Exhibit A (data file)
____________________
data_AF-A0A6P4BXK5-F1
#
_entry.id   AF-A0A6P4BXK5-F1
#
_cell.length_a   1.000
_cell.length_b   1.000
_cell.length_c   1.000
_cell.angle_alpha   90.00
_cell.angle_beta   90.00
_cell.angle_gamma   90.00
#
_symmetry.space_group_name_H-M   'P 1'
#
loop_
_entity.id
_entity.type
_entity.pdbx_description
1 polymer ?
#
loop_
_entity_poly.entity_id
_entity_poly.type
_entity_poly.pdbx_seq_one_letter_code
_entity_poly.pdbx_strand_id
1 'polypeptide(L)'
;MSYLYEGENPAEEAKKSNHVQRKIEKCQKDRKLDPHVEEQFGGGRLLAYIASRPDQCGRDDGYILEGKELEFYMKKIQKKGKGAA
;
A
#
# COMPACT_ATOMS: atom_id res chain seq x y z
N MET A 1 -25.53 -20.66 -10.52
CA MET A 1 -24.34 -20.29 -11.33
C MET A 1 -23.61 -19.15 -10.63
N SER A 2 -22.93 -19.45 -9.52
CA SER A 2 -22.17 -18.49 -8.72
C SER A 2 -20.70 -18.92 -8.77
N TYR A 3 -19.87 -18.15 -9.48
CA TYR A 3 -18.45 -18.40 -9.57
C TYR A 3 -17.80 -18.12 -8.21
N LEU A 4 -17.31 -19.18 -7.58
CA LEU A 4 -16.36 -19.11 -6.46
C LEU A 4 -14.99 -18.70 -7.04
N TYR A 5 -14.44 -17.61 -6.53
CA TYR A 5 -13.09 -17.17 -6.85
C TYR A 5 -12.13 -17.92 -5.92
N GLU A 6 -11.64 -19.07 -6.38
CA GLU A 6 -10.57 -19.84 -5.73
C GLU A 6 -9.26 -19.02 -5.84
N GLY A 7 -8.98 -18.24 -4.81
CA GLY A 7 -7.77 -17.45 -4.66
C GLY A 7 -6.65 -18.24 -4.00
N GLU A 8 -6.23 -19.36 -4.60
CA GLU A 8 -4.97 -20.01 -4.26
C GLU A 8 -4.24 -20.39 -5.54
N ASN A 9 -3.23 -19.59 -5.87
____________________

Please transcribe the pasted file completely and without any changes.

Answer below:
data_AF-A0A6P4BXK5-F1
#
_entry.id   AF-A0A6P4BXK5-F1
#
_cell.length_a   1.000
_cell.length_b   1.000
_cell.length_c   1.000
_cell.angle_alpha   90.00
_cell.angle_beta   90.00
_cell.angle_gamma   90.00
#
_symmetry.space_group_name_H-M   'P 1'
#
loop_
_entity.id
_entity.type
_entity.pdbx_description
1 polymer ?
#
loop_
_entity_poly.entity_id
_entity_poly.type
_entity_poly.pdbx_seq_one_letter_code
_entity_poly.pdbx_strand_id
1 'polypeptide(L)'
;MSYLYEGENPAEEAKKSNHVQRKIEKCQKDRKLDPHVEEQFGGGRLLAYIASRPDQCGRDDGYILEGKELEFYMKKIQKKGKGAA
;
A
#
# COMPACT_ATOMS: atom_id res chain seq x y z
N MET A 1 -25.53 -20.66 -10.52
CA MET A 1 -24.34 -20.29 -11.33
C MET A 1 -23.61 -19.15 -10.63
N SER A 2 -22.93 -19.45 -9.52
CA SER A 2 -22.17 -18.49 -8.72
C SER A 2 -20.70 -18.92 -8.77
N TYR A 3 -19.87 -18.15 -9.48
CA TYR A 3 -18.45 -18.40 -9.57
C TYR A 3 -17.80 -18.12 -8.21
N LEU A 4 -17.31 -19.18 -7.58
CA LEU A 4 -16.36 -19.11 -6.46
C LEU A 4 -14.99 -18.70 -7.04
N TYR A 5 -14.44 -17.61 -6.53
CA TYR A 5 -13.09 -17.17 -6.85
C TYR A 5 -12.13 -17.92 -5.92
N GLU A 6 -11.64 -19.07 -6.38
CA GLU A 6 -10.57 -19.84 -5.73
C GLU A 6 -9.26 -19.02 -5.84
N GLY A 7 -8.98 -18.24 -4.81
CA GLY A 7 -7.77 -17.45 -4.66
C GLY A 7 -6.65 -18.24 -4.00
N GLU A 8 -6.23 -19.36 -4.60
CA GLU A 8 -4.97 -20.01 -4.26
C GLU A 8 -4.24 -20.39 -5.54
N ASN A 9 -3.23 -19.59 -5.87